Dr. Mary Putnam Jacobi was among the first to argue for women’s political equality on the basis of physical fitness; there is nothing inherently, naturally delicate about us, she said after years of treating women.
It’s quite possible that Mary Jacobi repeated those arguments to herself while rowing to Bolton Landing from Hiawatha Island, where she and her husband, Dr. Abraham Jacobi, spent their summers after marrying in 1873.
“Sometimes there were squalls that could capsize all but the most skillfully handled craft,” one of Mary Jacobi’s biographers writes.
Hiawatha Island, where the Jacobis lived until 1883, is now on the market for the first time in fifty years. The .8-acre island with 756 feet of shoreline, a one-hundred-year-old log home, a boat house and outbuildings, is available through the Sherwood Group for $3.5 million.
“We love the island; it’s a spectacular place,” said Dr. Michael Simberkoff, a New York physician whose parents purchased Hiawatha in 1967. “We love swimming and kayaking, but as time goes by, it becomes more difficult to get there as often as we would like and to use the island as it ought to be used.”
Abraham Jacobi is known as the father of American pediatrics. Mary Putnam Jacobi won equal renown as the nation’s most eminent female physician and as a political activist. She was the first woman admitted to the École de Médecine of the University of Paris and the second woman to become a member of the Medical Society of the County of New York.
The Jacobis left Hiawatha after the death of their seven-year-old son Ernst from diptheria. They erected a monument on the island to the memory of their son, who is the only person known to have been born on a Lake George island. It still stands among the hemlocks.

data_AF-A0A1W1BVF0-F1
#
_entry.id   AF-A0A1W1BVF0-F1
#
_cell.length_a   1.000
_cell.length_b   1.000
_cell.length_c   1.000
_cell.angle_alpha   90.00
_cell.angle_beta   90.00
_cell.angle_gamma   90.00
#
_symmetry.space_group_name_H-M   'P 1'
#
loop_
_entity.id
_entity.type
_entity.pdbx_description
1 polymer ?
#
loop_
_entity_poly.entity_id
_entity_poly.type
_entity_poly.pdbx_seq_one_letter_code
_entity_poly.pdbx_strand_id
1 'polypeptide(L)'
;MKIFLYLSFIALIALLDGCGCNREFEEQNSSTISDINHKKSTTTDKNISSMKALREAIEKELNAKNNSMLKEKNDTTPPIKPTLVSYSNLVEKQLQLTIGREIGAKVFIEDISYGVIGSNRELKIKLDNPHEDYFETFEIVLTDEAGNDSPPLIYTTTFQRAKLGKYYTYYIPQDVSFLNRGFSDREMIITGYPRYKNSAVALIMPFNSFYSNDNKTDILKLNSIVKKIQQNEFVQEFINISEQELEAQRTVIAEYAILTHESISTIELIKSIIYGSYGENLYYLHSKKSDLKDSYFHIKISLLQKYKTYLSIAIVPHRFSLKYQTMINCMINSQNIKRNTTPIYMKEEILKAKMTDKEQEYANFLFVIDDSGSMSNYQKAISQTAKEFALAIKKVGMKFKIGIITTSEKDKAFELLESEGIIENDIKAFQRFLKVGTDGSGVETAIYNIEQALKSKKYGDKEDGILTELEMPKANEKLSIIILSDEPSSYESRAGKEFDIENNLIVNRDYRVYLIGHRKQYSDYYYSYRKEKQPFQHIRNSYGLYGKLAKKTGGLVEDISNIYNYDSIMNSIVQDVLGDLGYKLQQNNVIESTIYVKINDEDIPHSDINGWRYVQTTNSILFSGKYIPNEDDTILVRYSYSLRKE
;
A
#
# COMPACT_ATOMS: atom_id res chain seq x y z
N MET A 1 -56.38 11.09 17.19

The Jacobis then built a house in Bolton Landing, at the present site of Juniper Hill, where they also built a cottage for Carl Schurtz. Schurz was accomplished even by the standards of the Jacobis and their friends. He served as President Abraham Lincoln’s minister to Spain and as the Secretary of the Interior.
Like many Lake George families, the Simberkoffs spent summers camping on the state-owned islands – in their case, starting in the 1930s – before purchasing a lake house, a camp or property of their own.
Upon learning that Hiawatha was for sale and that it could be purchased, “my father raced up there. Both my parents were lawyers in Mount Vernon, and they fell in love with the island as soon as they saw it.”
In recent years, Dr. Simberkoff and his family have shared the island with his sister, Judith Martialay and her husband Javier and their children. Javier Martialay died in 2020, Judy Martialay in 2021.
“My sister spent a good part of her summers on Hiawatha. She was an incredibly talented painter who turned the island’s icehouse into an artist’s studio. We came up on weekends and we would usually spend two to three weeks thee in August. Since my sister died, there’s really no one available to oversee the place, to make certain the flowers are planted, among other things,” said Simberkoff.
“What more does anyone need?” asked Sherwood Group partner Lonnie Lawrence asked during a recent tour of the island.
According to Lawrence, the house is a duplex, divided into two equal parts, both with stone fireplaces, screened porches and four bedrooms.
The property also comes with a lot on Homer Point where five cars can be parked and a boat can be docked for easy access to the island.
“We hope the next owners are people who love the lake, the beauty of the scenery and the life that comes with living in an Adirondack community,” said Dr. Simberkoff.